The Wider Audience view of the book may be more forgiving. Rushed-out production-line funnybooks-as-usual schlock often does just fine sales-wise. That's why there's so damn much of it. And, to be more fair to it, even Cornell's cleaned-up version of these characters may feel sufficiently fresh to readers who aren't familiar with them that this may fly as something genuinely different in the eyes of some. There will also be people for whom this friendlier Stormwatch is more palatable. Not everyone likes prickly, flawed, and unusual heroes, after all.

I far prefer them, however, so from me it only rates a...

Grade: C

Animal Man #1
Written by Jeff Lemire
Art by Travel Foreman and Dan Green

The surprise hit of the DC Reboot, and deservedly so. Jeff Lemire has successfully synthesized all the various takes this character saw in his 90s series into a cohesive whole that allows him to play to his own strengths as a writer. Family relationships are at its core, and around that he's playing to the more horrific aspects of the Animal Man powers. When Buddy Baker takes on animal abilities in the story, it's kind of scary. Which seems ridiculous on first blush, but honestly... Any human being in real life who could be described as having become bestial is essentially disturbing, and that's the sort of quality Lemire and Foreman have tapped into here.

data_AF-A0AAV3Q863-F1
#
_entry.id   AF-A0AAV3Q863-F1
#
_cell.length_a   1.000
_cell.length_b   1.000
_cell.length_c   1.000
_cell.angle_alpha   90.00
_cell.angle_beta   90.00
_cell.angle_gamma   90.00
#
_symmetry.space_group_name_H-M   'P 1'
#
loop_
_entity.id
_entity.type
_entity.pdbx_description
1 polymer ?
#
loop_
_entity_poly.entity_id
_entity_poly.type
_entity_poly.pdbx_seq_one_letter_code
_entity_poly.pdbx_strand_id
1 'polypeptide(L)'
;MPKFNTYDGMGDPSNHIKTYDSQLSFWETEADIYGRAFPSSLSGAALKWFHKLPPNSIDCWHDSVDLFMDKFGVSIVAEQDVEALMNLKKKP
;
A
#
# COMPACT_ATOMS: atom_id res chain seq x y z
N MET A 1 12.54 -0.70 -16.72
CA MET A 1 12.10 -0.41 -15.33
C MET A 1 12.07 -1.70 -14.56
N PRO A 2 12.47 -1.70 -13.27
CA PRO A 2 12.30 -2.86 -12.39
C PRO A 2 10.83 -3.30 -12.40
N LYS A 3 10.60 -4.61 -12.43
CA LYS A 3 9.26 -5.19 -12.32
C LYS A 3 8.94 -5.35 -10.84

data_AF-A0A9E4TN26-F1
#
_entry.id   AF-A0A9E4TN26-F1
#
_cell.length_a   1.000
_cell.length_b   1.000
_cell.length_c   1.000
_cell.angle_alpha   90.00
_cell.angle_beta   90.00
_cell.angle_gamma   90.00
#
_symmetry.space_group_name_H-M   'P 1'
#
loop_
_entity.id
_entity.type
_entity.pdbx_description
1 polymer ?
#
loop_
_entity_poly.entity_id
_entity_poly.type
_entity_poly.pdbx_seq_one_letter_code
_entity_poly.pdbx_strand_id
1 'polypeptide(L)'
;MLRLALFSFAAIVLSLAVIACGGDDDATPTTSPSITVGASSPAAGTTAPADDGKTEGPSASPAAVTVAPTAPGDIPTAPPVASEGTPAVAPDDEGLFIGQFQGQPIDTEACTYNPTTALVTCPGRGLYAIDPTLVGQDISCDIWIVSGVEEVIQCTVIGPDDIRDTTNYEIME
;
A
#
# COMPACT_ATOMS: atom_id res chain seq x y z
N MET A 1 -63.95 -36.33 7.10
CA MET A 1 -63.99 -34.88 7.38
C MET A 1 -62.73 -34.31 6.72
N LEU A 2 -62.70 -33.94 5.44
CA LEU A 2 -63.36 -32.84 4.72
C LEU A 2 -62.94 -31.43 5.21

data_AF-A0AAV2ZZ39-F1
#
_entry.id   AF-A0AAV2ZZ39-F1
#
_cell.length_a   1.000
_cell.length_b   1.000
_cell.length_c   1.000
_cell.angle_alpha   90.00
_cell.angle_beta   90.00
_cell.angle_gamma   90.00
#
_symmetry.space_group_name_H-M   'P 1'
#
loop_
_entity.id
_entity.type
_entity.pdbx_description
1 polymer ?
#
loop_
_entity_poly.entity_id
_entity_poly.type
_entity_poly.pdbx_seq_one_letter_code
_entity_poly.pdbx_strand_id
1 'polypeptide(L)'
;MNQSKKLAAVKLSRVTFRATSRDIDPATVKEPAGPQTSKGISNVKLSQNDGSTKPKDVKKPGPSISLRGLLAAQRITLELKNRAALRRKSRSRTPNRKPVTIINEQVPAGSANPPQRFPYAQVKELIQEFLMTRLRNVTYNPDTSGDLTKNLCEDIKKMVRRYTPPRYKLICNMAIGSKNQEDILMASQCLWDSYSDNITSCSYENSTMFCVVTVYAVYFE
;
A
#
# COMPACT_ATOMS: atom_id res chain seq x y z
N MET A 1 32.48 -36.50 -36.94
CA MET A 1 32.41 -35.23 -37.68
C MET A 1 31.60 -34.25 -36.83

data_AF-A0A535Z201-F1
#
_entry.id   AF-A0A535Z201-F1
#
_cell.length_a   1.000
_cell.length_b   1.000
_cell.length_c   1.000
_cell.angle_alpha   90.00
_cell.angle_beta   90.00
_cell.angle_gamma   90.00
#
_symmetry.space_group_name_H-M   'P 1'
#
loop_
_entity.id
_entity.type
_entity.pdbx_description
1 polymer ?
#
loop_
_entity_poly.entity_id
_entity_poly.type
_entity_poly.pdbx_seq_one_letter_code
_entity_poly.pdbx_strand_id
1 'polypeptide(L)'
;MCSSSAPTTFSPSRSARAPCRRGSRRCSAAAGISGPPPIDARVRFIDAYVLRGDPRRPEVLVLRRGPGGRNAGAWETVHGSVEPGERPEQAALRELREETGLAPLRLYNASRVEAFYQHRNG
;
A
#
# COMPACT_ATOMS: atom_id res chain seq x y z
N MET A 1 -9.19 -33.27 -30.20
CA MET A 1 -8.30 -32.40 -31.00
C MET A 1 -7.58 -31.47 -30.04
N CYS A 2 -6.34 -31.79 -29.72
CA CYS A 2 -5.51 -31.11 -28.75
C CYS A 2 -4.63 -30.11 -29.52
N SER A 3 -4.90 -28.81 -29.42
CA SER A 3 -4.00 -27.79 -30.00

Foreman, especially, delivers on the animal scenes, pulling out creepy visuals worthy of someone like Steve Pugh (himself a former Animal Man artist).

click to embiggen

Scenes like that one are so good, in fact, that I can forgive him the relative sketchiness some of the domestic scenes take on. Those are Lemire's best scenes, of course, family relationships being his specialty. While I wouldn't call the book exciting, it is refreshingly grounded and real, which is a draw in its own right, and a good basis for horror. Speaking of which, this book has a genuinely horrifying ending, one that's too good to spoil here, and that's what's going to bring me back next month.

The Wider Audience, I think, would have a similar reaction to mine, for once. While this book's not for straight-up spandex action fans, I think there's a market out there for super-horror, and I hope they find it.